Laurie Essig Ph.D.

Love, Inc


Sometimes it's difficult to see a difference between GOP lawmakers and Putin.

Posted Mar 09, 2014

At the beginning of the year, Kansas tried to pass a law that would have allowed anyone—including government employees—to refuse service to gay and lesbian couples as long as that person said they had a religious objection to homosexuality. Republicans have introduced similar bills in Idaho, South Dakota and Tennessee. According to an article in Mother Jones about these new "Jim Crow-style" anti gay laws, even more states are trying something similar with 

Arizona, Hawaii, Ohio, Oklahoma, and Mississippi... introduc(ing) broader "religious freedom" bills with a unique provision that would also allow people to deny services or employment to LGBT Americans, legal experts say.

In Arizona last week Republican Jan Brewer vetoed SB1062, but not before all but 3 Arizona Republicans in the legislature voted to pass it. SB 1062, according to CNN, would have allowed

business owners to deny service to gay and lesbian customers so long as proprietors were acting solely on their religious beliefs.  

Just this week, legislators in South Carolina are trying to punish the College of Charleston and the university of South Carolina Upstate because of the books they assigned to incoming students. The books, Alison Bechdel's Fun Home and, Out Loud, a book about the stat's first gay and lesbian radio show, contain gay and lesbian themes and therefore the GOP legislators wish to punish the schools for assigning them to incoming first-year students. According to Rep. Garry Smith (R)

"I think the university has to be reasonable and sensible to the feelings and beliefs of their students. That was totally ignored here. I was trying to hold the university accountable... Their stance is 'Even if you don't want to read it, we'll shove it down your throat.' It's not academic freedom -- it's academic totalitarianism."

All of these laws seem to be part of a national effort by the GOP to create a legal environment in which gayness does not pollute straightness. According to the GOP logic, if religious people have to provide goods and services to homosexuals, some sort of pollution or violation will have occurred. Bake a cake for a gay wedding and you'll wake up gay. Provide a lesbian with state-sponsored employment services and suddenly you're a lesbian. Have university students read books with gay characters? It will turn them gay.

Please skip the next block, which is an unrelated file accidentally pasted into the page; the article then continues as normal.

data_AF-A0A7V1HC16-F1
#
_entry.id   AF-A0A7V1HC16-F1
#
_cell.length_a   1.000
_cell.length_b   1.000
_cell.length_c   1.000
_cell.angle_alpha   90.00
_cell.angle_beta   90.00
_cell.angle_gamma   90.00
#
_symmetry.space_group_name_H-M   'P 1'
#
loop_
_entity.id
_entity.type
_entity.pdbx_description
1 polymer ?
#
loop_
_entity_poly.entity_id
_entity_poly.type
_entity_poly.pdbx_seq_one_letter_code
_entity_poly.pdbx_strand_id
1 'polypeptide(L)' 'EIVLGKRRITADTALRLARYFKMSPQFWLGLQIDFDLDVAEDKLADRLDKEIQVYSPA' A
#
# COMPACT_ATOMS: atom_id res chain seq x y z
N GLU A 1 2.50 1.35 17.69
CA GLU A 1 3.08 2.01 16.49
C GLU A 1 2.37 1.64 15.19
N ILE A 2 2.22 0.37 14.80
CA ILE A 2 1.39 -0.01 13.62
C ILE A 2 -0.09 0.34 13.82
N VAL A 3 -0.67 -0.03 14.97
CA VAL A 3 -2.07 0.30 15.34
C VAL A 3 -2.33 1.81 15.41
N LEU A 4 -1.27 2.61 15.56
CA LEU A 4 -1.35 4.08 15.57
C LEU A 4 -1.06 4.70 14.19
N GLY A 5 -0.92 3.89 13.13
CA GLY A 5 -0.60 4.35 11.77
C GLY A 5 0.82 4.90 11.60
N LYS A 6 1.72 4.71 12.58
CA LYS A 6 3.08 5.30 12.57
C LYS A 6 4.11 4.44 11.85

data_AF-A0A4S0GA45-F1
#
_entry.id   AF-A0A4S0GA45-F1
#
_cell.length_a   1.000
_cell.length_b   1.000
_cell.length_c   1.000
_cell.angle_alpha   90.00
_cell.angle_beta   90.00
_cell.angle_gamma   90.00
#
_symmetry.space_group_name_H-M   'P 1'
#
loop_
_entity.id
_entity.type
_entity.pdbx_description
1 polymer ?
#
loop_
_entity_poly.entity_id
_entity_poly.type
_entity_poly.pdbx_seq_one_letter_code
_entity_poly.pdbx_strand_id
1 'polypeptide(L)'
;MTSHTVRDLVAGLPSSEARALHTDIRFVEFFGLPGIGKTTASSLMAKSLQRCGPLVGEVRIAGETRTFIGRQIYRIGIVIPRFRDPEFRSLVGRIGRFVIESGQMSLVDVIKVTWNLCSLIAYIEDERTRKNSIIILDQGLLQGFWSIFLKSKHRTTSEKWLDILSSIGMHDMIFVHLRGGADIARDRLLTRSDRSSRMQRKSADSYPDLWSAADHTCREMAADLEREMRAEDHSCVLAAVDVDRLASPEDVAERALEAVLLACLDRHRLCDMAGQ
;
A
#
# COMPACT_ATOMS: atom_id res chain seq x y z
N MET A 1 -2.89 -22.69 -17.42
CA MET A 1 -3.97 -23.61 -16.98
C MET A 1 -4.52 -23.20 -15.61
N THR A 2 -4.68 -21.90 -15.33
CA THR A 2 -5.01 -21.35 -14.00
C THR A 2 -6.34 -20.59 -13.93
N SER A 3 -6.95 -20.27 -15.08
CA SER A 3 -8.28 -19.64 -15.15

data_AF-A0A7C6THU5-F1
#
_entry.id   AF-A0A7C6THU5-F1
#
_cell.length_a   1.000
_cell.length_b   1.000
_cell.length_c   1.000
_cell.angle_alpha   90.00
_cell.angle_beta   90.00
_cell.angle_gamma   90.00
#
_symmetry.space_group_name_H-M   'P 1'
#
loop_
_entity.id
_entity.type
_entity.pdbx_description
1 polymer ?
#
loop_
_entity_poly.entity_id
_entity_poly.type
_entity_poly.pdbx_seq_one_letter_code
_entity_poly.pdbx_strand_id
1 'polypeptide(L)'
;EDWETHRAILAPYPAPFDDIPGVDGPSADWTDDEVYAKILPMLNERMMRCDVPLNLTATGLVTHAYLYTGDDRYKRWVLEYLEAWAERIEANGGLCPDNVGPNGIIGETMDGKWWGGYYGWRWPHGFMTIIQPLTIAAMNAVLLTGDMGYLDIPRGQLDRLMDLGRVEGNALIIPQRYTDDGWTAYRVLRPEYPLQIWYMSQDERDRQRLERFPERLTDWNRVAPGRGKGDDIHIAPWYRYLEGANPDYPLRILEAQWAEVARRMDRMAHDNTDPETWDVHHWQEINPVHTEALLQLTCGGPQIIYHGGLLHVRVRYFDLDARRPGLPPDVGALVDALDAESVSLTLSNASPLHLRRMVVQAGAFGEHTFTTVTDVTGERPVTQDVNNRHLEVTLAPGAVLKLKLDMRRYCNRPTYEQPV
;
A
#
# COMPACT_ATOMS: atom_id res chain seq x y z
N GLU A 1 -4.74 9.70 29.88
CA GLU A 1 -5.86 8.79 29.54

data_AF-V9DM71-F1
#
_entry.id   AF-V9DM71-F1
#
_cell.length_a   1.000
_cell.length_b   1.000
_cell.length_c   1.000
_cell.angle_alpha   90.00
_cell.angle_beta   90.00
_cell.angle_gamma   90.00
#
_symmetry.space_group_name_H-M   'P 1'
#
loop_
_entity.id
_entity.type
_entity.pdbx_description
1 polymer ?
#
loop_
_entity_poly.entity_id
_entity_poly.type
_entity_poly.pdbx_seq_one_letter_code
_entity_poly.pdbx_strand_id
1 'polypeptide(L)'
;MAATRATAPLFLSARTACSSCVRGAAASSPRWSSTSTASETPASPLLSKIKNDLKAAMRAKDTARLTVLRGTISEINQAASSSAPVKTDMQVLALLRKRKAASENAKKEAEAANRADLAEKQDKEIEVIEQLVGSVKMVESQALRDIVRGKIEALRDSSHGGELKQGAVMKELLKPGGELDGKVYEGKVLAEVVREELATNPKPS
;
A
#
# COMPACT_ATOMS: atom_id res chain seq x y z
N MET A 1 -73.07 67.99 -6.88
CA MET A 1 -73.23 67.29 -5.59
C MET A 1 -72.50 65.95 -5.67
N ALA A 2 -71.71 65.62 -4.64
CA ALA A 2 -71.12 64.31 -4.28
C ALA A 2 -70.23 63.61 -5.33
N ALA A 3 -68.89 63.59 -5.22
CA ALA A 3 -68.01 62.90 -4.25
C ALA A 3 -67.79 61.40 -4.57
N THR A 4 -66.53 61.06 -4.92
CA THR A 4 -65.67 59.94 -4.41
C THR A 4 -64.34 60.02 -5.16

Or maybe the fear among the GOP is not so much that interacting with homosexuality will turn you gay—as many Russians sincerely believe—but turn you humane. Like reading a book with a sympathetic lesbian narrator might help you understand the common humanity of gay and straight Americans alike. 

Whatever the reason that the GOP is trying to pass laws that will prevent "gay propaganda" or even just services for gays and lesbians, it's good to see that in the US the almighty dollar is still king. In many places these anti-gay laws would just be far too costly. In Arizona, for instance, passage of SB1062 could have cost the state the Super Bowl not to mention major conventions. Similar concern from the business community in Kansas stopped that law in its tracks. As Bloomberg Business put it, 

Companies from Delta Air Lines Inc. (DAL) to AT&T Inc. (T) are lobbying state legislators across the country saying laws perceived as anti-gay are bad for business.

Bad for business is enough, for now, to defeat most of these laws in the US. Of course, if anti-gay discrimination ever becomes good for business, we will end up living in a country that looks more and more like Putin's anti-gay Russia.